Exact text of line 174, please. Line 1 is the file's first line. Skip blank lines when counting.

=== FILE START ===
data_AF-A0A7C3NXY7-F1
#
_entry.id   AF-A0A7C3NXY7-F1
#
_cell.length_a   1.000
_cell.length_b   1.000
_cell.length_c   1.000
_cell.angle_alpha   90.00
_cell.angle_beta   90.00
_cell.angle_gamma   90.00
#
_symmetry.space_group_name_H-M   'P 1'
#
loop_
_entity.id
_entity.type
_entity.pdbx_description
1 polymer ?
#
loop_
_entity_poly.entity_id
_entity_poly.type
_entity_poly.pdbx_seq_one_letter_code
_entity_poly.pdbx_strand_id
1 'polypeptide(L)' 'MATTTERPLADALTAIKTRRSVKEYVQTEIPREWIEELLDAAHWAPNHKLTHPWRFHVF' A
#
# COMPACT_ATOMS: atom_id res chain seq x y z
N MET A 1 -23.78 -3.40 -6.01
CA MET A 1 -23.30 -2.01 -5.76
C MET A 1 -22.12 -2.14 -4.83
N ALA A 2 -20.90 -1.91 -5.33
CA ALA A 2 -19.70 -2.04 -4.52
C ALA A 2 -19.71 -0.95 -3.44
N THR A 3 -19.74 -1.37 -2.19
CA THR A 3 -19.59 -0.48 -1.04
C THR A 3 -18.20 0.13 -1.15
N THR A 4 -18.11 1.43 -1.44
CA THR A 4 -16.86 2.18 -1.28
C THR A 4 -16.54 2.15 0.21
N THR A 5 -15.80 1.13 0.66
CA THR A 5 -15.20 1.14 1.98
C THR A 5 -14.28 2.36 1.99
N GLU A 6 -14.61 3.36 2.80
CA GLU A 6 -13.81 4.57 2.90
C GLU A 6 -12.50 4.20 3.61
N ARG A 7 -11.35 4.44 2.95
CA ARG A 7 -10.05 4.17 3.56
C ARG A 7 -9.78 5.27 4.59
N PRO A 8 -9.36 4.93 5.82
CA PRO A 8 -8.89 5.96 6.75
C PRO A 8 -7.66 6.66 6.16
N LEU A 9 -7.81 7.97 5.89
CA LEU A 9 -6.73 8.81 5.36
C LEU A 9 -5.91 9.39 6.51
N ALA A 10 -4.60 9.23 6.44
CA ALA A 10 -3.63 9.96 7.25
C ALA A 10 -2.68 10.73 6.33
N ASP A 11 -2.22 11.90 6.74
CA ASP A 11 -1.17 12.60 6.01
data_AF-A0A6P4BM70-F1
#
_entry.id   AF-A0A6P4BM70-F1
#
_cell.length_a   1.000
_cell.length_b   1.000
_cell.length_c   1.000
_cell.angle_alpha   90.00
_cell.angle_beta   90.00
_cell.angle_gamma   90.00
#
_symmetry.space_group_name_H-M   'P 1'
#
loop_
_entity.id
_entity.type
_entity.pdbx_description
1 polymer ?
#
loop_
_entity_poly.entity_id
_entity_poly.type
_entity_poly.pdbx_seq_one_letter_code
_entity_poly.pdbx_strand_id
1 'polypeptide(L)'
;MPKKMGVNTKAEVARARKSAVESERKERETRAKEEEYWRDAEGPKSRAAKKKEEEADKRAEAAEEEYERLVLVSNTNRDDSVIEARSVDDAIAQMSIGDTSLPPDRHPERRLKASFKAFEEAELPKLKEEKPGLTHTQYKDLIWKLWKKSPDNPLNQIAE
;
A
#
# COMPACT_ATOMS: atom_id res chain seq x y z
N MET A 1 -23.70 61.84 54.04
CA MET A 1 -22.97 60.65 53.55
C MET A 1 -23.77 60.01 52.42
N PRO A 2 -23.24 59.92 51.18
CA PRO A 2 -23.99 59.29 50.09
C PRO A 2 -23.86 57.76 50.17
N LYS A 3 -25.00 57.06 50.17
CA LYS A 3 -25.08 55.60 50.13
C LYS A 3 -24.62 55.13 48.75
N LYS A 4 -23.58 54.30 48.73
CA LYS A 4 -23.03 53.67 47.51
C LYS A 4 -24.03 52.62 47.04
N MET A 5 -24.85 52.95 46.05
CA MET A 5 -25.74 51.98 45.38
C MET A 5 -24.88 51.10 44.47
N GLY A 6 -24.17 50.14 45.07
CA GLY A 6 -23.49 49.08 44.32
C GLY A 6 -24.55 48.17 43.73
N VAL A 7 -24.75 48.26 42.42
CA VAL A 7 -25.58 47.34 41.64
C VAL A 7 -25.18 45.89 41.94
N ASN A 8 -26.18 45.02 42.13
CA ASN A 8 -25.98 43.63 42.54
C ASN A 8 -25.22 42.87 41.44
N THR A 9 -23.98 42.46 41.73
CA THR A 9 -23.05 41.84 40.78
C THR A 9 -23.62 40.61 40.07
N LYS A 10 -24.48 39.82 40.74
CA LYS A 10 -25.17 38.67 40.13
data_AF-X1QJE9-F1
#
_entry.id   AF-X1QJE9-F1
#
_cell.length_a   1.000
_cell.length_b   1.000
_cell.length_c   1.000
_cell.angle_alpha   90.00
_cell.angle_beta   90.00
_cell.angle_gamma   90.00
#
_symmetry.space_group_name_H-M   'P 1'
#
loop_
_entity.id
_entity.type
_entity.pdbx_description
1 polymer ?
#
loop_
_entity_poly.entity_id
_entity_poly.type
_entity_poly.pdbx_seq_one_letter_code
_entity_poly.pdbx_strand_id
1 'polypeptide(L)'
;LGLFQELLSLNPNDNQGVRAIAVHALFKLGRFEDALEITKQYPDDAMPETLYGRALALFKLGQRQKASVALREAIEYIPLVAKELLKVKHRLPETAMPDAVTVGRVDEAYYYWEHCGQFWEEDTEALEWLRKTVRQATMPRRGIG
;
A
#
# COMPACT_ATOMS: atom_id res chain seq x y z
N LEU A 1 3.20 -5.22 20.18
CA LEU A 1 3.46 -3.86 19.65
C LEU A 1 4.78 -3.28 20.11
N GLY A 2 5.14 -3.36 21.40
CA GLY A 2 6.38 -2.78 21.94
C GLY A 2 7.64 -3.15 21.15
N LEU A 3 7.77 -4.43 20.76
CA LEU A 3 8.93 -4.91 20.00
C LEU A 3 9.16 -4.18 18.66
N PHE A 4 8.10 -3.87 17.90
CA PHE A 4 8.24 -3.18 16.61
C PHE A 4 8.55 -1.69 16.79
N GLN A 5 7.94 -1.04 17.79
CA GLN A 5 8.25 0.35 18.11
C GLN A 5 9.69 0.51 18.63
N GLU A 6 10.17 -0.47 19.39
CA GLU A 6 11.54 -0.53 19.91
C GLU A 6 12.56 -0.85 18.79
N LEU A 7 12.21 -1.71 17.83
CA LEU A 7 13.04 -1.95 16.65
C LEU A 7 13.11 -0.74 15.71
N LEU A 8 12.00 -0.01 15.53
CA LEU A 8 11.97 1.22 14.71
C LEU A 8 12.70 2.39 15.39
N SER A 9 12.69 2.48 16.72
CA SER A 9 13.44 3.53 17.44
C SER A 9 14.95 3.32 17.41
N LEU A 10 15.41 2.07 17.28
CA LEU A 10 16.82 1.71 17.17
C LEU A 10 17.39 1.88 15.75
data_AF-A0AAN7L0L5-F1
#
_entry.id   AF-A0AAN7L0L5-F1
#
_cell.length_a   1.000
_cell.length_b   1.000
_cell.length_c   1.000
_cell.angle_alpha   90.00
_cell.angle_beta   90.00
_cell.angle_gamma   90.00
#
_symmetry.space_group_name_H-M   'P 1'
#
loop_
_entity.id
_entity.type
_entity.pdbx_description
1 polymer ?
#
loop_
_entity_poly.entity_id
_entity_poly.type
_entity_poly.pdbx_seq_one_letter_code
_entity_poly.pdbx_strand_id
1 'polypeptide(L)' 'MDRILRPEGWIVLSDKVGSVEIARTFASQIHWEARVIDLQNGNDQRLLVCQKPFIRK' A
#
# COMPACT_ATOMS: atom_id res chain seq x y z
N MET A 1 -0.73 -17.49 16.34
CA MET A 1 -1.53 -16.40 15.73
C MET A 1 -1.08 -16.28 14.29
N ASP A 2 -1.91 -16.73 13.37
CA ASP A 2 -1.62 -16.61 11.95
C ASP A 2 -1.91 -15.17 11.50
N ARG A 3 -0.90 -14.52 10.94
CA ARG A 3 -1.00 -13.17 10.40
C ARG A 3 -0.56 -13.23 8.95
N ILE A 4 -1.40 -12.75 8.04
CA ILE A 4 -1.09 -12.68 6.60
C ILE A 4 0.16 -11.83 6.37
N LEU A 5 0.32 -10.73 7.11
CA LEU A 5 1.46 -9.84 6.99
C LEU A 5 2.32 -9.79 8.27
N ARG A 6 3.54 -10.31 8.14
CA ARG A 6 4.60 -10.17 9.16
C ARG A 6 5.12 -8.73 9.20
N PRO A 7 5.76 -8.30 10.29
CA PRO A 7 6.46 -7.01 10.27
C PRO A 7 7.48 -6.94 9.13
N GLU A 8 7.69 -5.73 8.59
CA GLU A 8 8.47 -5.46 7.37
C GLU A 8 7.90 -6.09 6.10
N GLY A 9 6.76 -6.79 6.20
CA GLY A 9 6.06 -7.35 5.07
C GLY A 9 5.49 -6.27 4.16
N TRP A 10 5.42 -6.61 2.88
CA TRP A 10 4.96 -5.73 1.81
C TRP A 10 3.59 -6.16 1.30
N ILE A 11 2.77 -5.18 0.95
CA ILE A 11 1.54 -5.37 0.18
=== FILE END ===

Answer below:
CA SER A 9 13.44 3.53 17.44